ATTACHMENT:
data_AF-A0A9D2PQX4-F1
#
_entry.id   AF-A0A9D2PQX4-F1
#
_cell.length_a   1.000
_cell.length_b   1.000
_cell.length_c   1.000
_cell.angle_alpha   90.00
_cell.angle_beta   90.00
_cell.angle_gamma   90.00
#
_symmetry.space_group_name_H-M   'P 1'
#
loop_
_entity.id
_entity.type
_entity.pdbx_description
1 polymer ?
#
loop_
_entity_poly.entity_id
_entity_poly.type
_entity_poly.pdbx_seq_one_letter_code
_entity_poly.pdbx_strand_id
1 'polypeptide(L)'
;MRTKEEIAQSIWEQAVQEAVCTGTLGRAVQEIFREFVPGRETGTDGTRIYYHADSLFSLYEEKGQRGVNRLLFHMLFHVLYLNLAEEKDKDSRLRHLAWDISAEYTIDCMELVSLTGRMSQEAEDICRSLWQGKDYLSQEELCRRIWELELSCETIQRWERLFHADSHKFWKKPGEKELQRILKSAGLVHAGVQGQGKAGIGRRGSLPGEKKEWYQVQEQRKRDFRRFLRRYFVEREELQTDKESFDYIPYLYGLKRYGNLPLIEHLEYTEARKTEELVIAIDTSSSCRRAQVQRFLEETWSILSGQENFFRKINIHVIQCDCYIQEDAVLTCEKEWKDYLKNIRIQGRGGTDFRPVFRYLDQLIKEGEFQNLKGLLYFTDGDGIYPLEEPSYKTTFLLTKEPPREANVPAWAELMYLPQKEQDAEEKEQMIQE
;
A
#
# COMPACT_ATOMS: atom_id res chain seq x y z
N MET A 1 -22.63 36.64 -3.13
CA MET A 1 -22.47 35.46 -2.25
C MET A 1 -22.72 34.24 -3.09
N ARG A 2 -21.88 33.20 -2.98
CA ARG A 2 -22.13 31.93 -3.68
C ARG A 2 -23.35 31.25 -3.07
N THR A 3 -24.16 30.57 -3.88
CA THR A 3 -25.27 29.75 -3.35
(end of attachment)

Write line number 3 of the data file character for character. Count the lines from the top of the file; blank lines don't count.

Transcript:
_entry.id   AF-A0A9D2PQX4-F1